Agnieszka Radwanska at WimbledonIn sport, having the nickname A-Rod normally means you’ve made it. Former tennis world number one Andy Roddick and baseball home-run king Alex Rodriguez are living proof.

Agnieszka Radwanska, or A-Rad, could be the first female equivalent of top sporting pedigree. Perhaps the only reason no one has picked up on the likeness is her continued under-achieving on the WTA tour.

Voted Newcomer of the Year way back in 2006, the Pole has been consistent since then but only in being consistently average.

Granted, that sounds harsh. If you compare her career to that of the other several hundred players in the rankings she’s a very good player but in the business end of the top 20 she’s been an average figure for her whole career.

Credit must be given for her constant stance behind the shoulders of the tennis elite. Many players get there and fall down just as quickly.

However, if she’s going to make a lasting impression on the sport or reach her goals then she needs to be the one getting chased.

She’s been as high as number eight in the world and reached four Grand Slam quarter-finals with a total of five fourth round appearances at the French and US Open so she has the ability on all surfaces.   

Radwanska’s situation is similar to that of Victoria Azarenka. They’re both 22 and at one point Azarenka had always been the perennial quarter-finalist and anchored the world number eight spot. Now she’s in the top five and reached the semi-final of Wimbledon in June.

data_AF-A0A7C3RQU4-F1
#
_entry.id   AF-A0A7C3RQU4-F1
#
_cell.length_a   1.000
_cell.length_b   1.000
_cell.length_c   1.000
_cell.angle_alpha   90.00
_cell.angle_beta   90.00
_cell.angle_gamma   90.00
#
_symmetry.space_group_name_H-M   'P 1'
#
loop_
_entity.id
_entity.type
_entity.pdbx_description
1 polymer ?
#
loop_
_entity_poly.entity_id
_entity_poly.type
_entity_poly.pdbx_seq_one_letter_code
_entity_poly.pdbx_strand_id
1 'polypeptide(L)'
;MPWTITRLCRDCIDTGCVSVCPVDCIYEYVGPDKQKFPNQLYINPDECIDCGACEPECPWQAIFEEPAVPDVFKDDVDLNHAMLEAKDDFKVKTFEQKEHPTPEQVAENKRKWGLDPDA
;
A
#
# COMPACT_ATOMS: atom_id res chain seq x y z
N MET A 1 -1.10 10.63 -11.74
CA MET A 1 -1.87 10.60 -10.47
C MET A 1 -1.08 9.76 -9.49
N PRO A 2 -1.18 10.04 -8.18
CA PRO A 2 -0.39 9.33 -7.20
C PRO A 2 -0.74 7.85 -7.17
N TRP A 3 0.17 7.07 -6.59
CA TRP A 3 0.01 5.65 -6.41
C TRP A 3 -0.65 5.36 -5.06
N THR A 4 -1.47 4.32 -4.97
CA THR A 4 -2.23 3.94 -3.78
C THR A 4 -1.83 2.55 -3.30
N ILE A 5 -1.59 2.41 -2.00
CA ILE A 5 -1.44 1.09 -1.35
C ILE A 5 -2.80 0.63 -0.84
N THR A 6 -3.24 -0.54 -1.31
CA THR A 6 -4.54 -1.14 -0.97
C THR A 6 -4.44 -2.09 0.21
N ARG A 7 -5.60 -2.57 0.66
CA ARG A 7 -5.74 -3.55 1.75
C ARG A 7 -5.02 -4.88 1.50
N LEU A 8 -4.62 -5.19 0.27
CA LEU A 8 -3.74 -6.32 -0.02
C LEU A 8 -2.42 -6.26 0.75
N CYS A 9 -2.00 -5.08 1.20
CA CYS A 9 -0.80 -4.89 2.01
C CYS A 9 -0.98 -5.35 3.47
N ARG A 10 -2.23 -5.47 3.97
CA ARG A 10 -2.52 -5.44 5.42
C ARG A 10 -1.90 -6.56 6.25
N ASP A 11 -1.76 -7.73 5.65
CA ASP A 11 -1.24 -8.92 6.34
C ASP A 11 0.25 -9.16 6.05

Azarenka improved thanks to a stronger mentality but Radwanska already possesses a cool persona. Her problem comes from a lack of power in her shots which has given her the dreaded “pusher” tag.

Rather than dictate points she aims to keep the ball in court and force her opponents into making mistakes or stays in the rally until an unforced error is hit. It works for Caroline Wozniacki because she doesn’t make as many mistakes but even she has struggled to win a major.

Recently Radwanska has begun showing signs of reaching that elusive next level. Victory at Carlsbad in the Mercury Insurance Open last week has been built on with a familiar last eight spot at the currently active Rogers Cup tournament.

Her win in California was her first tournament triumph since claiming the title at Eastbourne in 2008. Now with that winning feeling back she’s looking good heading into the US Open at the end of the month.

But unless Radwanska alters her game and starts hitting more winners and aces then she won’t be a superstar tennis player. She could win a slam with a bit of luck but A-Rad trend-setting status is a long way off at the moment.


Petko Dance

It’s come to my attention that I haven’t mentioned the Petkovic dance on this blog yet.

As she’s getting better, it will become more frequent; a future Grand Slam victory dance perhaps?

Andrea, please don’t ever stop.

The decline of Roger Federer